Here are ten things (actually places) I think you should know about. Places that I think show you why it was so cool to grow up on South Side Easton.
These are in order of my favorites but please feel free to comment below and add your own or indicate any of your own favorites that I may have missed. (I know one of them being the pretzel factory that for the life of me I regrettably do not remember having patronized).
Sadly, if you were one of the unfortunate souls who didn’t grow up on South Side, please tell me about your favorite places growing up.
10. Lackenor Heights. I know I probably spelled it wrong but that shouldn’t diminish how cool this park was. Huge swing sets, lots of basketball courts and a large field I’d spend many days at playing softball or tackle football.
09. Laundromat. Long before we could afford a thing called a dryer my Mom and Grandmother used to drag the kids here. This was the place to go to dry the wash if inclement weather prohibited the use of hanging it on the clothes line in the yard.
I loved putting dimes in the machine and twisting the knobs or playing video games while the clothes dried. Also a good time to head over to Food Lane and peruse the toy aisle knowing full well that whatever toy I wanted Mom would never buy.
08. St Mary’s Carnival. Held religiously (of course) every summer. The fair consisted of the usual spinning wheel games and bingo. To me, the games of skill paled in comparison to the way the little old ladies made fried dough. The ultimate comfort food for a pre pubescent boy on a hot summer night.
07. Porter Elementary School. I spent the first five years of my schooling here. Still recall the big 1876 numbers that adorned one of the eaves indicating the year it first opened it’s doors. The school was closed in 1979 and torn down shortly there after.
06. Food Lane. Can’t say enough about this place. This was where my first bowl of Count Chocula came from and will always hold a special place in my heart. Aside from actual food there was a toy aisle as well that I always made a bee line to on every visit.
05. Huck’s: Located right across the street from the Delaware Terrace, a housing development for low income families. Huck not only made a decent cheese steak but he was rumored to have Mob connections. He had a big black German Shepard dog that used to sit outside and watch patrons come and go. I loved his home made fries. Of course, I now wish he would have used a proper fry scoop instead of a make shift one he made out of a liquid bleach bottle.
04. Pino’s Pizza. Located in the same shopping center right next to Food Lane, this is actually the only food establishment still open to this day. So many wonderful memories of slices and companionship here. I don’t care if it is under new ownership. The name remains and the pizza is still killer.
03. Brother Bright’s Soul Food Store. Located two blocks from my house, this was the place to go in the early 80’s as I was bussed to Palmer and the Easton Middle Schools. Brother Bright and his wife were two of the nicest people you’d ever want to meet.
02. Lucy’s Store. A staple of Easton. THE place to visit before and after Porter school days. I used to love going there and getting penny candy. Mr. Lucy always knew to fill my little brown paper bag with more red fish and purple raspberries than Tootsie rolls. My man knew how to hook a brother up.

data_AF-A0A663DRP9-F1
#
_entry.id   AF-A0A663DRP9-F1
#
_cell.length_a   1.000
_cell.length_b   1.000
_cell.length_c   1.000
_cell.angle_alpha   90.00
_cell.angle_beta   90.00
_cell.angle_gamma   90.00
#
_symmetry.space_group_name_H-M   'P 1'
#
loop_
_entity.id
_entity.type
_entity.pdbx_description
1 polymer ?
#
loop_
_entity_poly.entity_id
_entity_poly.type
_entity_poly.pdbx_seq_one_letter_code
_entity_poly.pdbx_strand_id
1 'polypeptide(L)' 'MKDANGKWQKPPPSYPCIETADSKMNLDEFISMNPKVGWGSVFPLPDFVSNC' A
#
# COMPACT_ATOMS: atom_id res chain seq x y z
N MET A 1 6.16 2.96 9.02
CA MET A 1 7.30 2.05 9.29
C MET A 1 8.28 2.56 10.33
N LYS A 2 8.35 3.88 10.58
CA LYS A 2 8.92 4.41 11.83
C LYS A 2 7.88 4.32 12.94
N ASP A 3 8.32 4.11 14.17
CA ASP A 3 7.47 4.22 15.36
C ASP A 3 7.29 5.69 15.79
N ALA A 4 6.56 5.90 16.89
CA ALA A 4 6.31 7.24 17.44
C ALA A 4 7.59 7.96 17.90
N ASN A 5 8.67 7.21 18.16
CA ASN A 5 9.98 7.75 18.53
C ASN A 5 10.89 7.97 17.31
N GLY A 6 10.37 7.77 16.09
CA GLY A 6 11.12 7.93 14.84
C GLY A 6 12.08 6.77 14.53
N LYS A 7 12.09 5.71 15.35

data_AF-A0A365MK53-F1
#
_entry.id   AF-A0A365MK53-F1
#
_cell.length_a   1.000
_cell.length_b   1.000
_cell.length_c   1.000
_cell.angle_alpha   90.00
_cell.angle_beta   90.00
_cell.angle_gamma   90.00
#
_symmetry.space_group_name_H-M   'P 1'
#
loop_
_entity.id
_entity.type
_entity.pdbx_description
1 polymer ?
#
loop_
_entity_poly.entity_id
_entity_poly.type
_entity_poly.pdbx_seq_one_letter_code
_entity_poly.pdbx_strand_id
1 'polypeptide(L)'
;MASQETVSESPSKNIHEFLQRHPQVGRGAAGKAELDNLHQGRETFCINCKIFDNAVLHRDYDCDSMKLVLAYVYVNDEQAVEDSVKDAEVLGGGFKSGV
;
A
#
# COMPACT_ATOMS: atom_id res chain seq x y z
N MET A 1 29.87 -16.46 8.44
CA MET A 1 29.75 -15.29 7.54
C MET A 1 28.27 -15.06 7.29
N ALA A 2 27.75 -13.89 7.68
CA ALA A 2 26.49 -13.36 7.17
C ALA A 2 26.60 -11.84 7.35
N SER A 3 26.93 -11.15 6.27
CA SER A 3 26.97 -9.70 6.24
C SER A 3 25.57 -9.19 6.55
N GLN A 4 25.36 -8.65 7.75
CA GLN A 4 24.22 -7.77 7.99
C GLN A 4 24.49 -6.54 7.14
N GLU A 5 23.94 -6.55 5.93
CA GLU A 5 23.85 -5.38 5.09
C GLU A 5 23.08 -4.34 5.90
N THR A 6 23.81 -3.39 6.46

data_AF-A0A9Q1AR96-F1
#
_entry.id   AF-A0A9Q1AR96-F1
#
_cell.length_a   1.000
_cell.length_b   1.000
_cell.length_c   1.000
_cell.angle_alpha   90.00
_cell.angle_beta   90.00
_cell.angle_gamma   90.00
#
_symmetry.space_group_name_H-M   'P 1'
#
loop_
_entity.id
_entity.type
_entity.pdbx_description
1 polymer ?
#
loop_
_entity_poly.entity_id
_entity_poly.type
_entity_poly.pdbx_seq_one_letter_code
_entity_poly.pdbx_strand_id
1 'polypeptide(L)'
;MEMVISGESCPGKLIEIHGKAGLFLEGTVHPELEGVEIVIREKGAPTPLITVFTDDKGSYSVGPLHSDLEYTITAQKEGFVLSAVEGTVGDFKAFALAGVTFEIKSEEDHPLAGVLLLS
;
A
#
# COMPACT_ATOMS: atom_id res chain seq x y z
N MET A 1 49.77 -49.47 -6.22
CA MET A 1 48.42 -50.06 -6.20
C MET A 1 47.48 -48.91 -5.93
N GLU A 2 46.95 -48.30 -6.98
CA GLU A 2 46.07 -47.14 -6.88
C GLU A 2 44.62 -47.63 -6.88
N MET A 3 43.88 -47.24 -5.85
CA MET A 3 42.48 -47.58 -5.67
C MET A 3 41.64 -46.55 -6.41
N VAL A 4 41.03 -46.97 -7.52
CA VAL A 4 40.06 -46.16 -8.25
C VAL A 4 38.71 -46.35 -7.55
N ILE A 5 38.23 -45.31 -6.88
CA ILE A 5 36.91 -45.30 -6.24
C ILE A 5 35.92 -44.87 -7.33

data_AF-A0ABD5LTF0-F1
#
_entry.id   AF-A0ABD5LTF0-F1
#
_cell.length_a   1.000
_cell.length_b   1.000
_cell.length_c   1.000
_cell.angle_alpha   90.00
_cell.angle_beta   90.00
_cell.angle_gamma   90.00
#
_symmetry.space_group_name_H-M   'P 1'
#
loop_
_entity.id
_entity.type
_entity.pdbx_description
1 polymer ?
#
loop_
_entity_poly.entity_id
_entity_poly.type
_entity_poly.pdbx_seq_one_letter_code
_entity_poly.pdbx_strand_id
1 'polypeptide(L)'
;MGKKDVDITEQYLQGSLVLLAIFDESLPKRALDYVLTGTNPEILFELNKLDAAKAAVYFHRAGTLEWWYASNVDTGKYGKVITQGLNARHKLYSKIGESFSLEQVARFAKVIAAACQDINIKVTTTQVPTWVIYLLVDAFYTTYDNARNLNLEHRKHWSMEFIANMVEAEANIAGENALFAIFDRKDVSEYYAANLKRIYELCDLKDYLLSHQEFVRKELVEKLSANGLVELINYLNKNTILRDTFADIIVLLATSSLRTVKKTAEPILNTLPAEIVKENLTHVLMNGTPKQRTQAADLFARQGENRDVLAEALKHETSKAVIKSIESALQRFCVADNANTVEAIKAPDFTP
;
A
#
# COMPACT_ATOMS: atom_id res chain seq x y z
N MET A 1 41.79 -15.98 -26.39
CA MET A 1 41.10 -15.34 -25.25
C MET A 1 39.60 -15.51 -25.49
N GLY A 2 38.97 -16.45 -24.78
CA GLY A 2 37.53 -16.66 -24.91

Although I’m sure he served his candy to many a generation in his time, I’d give anything to have had the chance to have him fill a bag for my daughter too before he passed.
01. Barney’s Lunch. The sign as you approached said it all. It read “We Serve The Best Steak Sandwiches in Town” and was dead on. Barney’s was the ultimate destination. At night, the red neon light was lit up and you knew if you were a hungry traveler the welcome mat was always opened.
Where else could you get the ultimate cheese steak, a bottle of Pepsi and the chance to rap with Barney himself? Or, if he was busy filling orders, you could always sit at a table or play Space Invaders or Vanguard.
And when Barney was blaring Foreigner Four on the jukebox, man you knew you were in the right place. Nothing compared to tearing into a Barney’s cheese steak while jamming to “Waiting for A Girl Like You” with your buddies.
It was the 80’s and it was wonderful.
6 thoughts on “Ten More Things I Think: South Side Edition”
Love your blogs..I check FB often just to read them…..You are a great writer…how about a book?
it’s funny you mention that Aunt Dar… 🙂
OMG Jim you are so Dead ON! reading this post was like curling up on my front porch with an old friend.
Here are some “things” as opposed to “places”
– riding down Line Street on your bike, air flying in the wind
– trick or treating almost all of SouthSide in one night.
– the Pretzel Factory!
I loved the St. Mary’s carnival – it was awesome – so much fun! and the St. Mary’s Halloween Costume party and the christmas party too. LOVED that church!
Lesley mentioned the pretzel factory too. I still can’t believe i missed that place. But I do recall fondly the bike rides and trick or treating. We sure did have some good times. I remember my Mom telling me about the brewery down on 611 that was there for years.
The three of us should get together and write a book about it. I only wish we had pictures.
Not so much south side, but penny’s store during the football games!
I realize this is 8 years old but I’ll leave a comment anyway. I lived on Palmer street and wasn’t too far from the pretzel factory. Once in awhile they would hand some of us kids a bag of badly broken pretzels. We didn’t care, that place smelled great. The other thing that I have very fond memories is going up to Holy Cross for the Labor Day celebrations. Games, food, great fireworks and of course great fried dough. Thanks for writing this, I remember every one of them. Dave.